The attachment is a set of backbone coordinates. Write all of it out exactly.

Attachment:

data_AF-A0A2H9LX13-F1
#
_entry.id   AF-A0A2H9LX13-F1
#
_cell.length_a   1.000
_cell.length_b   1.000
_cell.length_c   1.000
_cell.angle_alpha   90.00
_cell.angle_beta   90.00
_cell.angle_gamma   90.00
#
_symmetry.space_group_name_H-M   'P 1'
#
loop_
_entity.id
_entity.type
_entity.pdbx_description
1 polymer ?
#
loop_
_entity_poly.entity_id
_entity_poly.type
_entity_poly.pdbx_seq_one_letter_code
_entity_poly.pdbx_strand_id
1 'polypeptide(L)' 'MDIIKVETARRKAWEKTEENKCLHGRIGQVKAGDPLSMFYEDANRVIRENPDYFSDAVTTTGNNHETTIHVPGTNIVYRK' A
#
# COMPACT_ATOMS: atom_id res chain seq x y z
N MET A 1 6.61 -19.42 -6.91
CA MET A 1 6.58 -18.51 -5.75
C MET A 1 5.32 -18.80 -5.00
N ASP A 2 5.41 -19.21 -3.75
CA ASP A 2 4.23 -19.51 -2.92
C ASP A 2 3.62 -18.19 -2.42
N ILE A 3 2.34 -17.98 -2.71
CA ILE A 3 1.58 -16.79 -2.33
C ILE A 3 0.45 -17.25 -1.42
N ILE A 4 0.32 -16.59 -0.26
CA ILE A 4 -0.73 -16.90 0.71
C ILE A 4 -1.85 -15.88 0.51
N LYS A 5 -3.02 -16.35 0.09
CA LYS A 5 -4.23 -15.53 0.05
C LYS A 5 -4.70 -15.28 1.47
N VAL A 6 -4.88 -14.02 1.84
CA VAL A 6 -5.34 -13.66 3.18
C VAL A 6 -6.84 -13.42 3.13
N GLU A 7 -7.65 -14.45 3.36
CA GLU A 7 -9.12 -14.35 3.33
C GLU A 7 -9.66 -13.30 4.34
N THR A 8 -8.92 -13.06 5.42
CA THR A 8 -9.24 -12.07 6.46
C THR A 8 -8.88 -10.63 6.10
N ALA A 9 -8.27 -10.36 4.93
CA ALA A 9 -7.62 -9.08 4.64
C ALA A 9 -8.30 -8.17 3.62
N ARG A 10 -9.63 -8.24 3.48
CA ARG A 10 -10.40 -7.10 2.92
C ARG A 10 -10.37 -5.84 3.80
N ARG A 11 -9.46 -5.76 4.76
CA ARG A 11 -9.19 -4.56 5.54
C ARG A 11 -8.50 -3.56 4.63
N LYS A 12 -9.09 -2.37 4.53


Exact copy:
data_AF-A0A2H9LX13-F1
#
_entry.id   AF-A0A2H9LX13-F1
#
_cell.length_a   1.000
_cell.length_b   1.000
_cell.length_c   1.000
_cell.angle_alpha   90.00
_cell.angle_beta   90.00
_cell.angle_gamma   90.00
#
_symmetry.space_group_name_H-M   'P 1'
#
loop_
_entity.id
_entity.type
_entity.pdbx_description
1 polymer ?
#
loop_
_entity_poly.entity_id
_entity_poly.type
_entity_poly.pdbx_seq_one_letter_code
_entity_poly.pdbx_strand_id
1 'polypeptide(L)' 'MDIIKVETARRKAWEKTEENKCLHGRIGQVKAGDPLSMFYEDANRVIRENPDYFSDAVTTTGNNHETTIHVPGTNIVYRK' A
#
# COMPACT_ATOMS: atom_id res chain seq x y z
N MET A 1 6.61 -19.42 -6.91
CA MET A 1 6.58 -18.51 -5.75
C MET A 1 5.32 -18.80 -5.00
N ASP A 2 5.41 -19.21 -3.75
CA ASP A 2 4.23 -19.51 -2.92
C ASP A 2 3.62 -18.19 -2.42
N ILE A 3 2.34 -17.98 -2.71
CA ILE A 3 1.58 -16.79 -2.33
C ILE A 3 0.45 -17.25 -1.42
N ILE A 4 0.32 -16.59 -0.26
CA ILE A 4 -0.73 -16.90 0.71
C ILE A 4 -1.85 -15.88 0.51
N LYS A 5 -3.02 -16.35 0.09
CA LYS A 5 -4.23 -15.53 0.05
C LYS A 5 -4.70 -15.28 1.47
N VAL A 6 -4.88 -14.02 1.84
CA VAL A 6 -5.34 -13.66 3.18
C VAL A 6 -6.84 -13.42 3.13
N GLU A 7 -7.65 -14.45 3.36
CA GLU A 7 -9.12 -14.35 3.33
C GLU A 7 -9.66 -13.30 4.34
N THR A 8 -8.92 -13.06 5.42
CA THR A 8 -9.24 -12.07 6.46
C THR A 8 -8.88 -10.63 6.10
N ALA A 9 -8.27 -10.36 4.93
CA ALA A 9 -7.62 -9.08 4.64
C ALA A 9 -8.30 -8.17 3.62
N ARG A 10 -9.63 -8.24 3.48
CA ARG A 10 -10.40 -7.10 2.92
C ARG A 10 -10.37 -5.84 3.80
N ARG A 11 -9.46 -5.76 4.76
CA ARG A 11 -9.19 -4.56 5.54
C ARG A 11 -8.50 -3.56 4.63
N LYS A 12 -9.09 -2.37 4.53